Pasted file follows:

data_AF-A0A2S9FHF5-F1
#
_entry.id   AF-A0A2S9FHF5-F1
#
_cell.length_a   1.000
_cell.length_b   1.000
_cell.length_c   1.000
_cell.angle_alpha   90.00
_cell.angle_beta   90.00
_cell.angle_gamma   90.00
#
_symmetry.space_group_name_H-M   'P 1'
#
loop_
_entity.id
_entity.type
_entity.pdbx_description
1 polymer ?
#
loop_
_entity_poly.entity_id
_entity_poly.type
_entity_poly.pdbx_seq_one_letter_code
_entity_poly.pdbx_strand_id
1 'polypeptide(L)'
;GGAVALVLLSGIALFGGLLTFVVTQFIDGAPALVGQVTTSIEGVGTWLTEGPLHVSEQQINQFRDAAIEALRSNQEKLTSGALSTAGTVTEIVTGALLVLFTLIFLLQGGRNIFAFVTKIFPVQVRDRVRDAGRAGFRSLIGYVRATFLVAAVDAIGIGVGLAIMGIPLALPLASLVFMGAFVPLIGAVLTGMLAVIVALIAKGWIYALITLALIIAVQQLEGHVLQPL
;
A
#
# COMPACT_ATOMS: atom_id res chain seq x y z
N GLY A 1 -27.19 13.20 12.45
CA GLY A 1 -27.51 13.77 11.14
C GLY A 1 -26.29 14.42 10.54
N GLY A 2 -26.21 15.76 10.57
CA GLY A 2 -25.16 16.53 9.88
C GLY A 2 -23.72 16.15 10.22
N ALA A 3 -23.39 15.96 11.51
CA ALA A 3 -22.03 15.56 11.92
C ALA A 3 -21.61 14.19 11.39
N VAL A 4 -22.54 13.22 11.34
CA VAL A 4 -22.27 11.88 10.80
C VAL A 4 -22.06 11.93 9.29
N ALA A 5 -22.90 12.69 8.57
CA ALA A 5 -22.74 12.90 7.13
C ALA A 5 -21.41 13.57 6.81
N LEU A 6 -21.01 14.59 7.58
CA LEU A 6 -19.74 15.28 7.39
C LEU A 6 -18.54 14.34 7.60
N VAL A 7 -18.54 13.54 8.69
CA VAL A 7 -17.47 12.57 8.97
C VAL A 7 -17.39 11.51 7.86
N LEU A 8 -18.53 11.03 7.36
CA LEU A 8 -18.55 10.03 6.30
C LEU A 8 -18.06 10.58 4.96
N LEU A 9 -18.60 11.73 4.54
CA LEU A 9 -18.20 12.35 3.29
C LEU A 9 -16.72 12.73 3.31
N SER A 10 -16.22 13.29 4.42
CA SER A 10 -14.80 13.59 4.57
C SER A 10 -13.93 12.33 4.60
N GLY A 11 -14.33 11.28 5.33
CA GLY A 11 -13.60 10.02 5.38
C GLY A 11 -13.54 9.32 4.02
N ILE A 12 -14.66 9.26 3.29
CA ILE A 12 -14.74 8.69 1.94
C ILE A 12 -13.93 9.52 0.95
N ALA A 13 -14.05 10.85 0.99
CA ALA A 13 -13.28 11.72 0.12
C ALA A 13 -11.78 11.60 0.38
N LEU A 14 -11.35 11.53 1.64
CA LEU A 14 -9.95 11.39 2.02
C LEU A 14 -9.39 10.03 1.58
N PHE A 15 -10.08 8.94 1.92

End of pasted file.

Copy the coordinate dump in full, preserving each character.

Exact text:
data_AF-A0A2S9FHF5-F1
#
_entry.id   AF-A0A2S9FHF5-F1
#
_cell.length_a   1.000
_cell.length_b   1.000
_cell.length_c   1.000
_cell.angle_alpha   90.00
_cell.angle_beta   90.00
_cell.angle_gamma   90.00
#
_symmetry.space_group_name_H-M   'P 1'
#
loop_
_entity.id
_entity.type
_entity.pdbx_description
1 polymer ?
#
loop_
_entity_poly.entity_id
_entity_poly.type
_entity_poly.pdbx_seq_one_letter_code
_entity_poly.pdbx_strand_id
1 'polypeptide(L)'
;GGAVALVLLSGIALFGGLLTFVVTQFIDGAPALVGQVTTSIEGVGTWLTEGPLHVSEQQINQFRDAAIEALRSNQEKLTSGALSTAGTVTEIVTGALLVLFTLIFLLQGGRNIFAFVTKIFPVQVRDRVRDAGRAGFRSLIGYVRATFLVAAVDAIGIGVGLAIMGIPLALPLASLVFMGAFVPLIGAVLTGMLAVIVALIAKGWIYALITLALIIAVQQLEGHVLQPL
;
A
#
# COMPACT_ATOMS: atom_id res chain seq x y z
N GLY A 1 -27.19 13.20 12.45
CA GLY A 1 -27.51 13.77 11.14
C GLY A 1 -26.29 14.42 10.54
N GLY A 2 -26.21 15.76 10.57
CA GLY A 2 -25.16 16.53 9.88
C GLY A 2 -23.72 16.15 10.22
N ALA A 3 -23.39 15.96 11.51
CA ALA A 3 -22.03 15.56 11.92
C ALA A 3 -21.61 14.19 11.39
N VAL A 4 -22.54 13.22 11.34
CA VAL A 4 -22.27 11.88 10.80
C VAL A 4 -22.06 11.93 9.29
N ALA A 5 -22.90 12.69 8.57
CA ALA A 5 -22.74 12.90 7.13
C ALA A 5 -21.41 13.57 6.81
N LEU A 6 -21.01 14.59 7.58
CA LEU A 6 -19.74 15.28 7.39
C LEU A 6 -18.54 14.34 7.60
N VAL A 7 -18.54 13.54 8.69
CA VAL A 7 -17.47 12.57 8.97
C VAL A 7 -17.39 11.51 7.86
N LEU A 8 -18.53 11.03 7.36
CA LEU A 8 -18.55 10.03 6.30
C LEU A 8 -18.06 10.58 4.96
N LEU A 9 -18.60 11.73 4.54
CA LEU A 9 -18.20 12.35 3.29
C LEU A 9 -16.72 12.73 3.31
N SER A 10 -16.22 13.29 4.42
CA SER A 10 -14.80 13.59 4.57
C SER A 10 -13.93 12.33 4.60
N GLY A 11 -14.33 11.28 5.33
CA GLY A 11 -13.60 10.02 5.38
C GLY A 11 -13.54 9.32 4.02
N ILE A 12 -14.66 9.26 3.29
CA ILE A 12 -14.74 8.69 1.94
C ILE A 12 -13.93 9.52 0.95
N ALA A 13 -14.05 10.85 0.99
CA ALA A 13 -13.28 11.72 0.12
C ALA A 13 -11.78 11.60 0.38
N LEU A 14 -11.35 11.53 1.64
CA LEU A 14 -9.95 11.39 2.02
C LEU A 14 -9.39 10.03 1.58
N PHE A 15 -10.08 8.94 1.92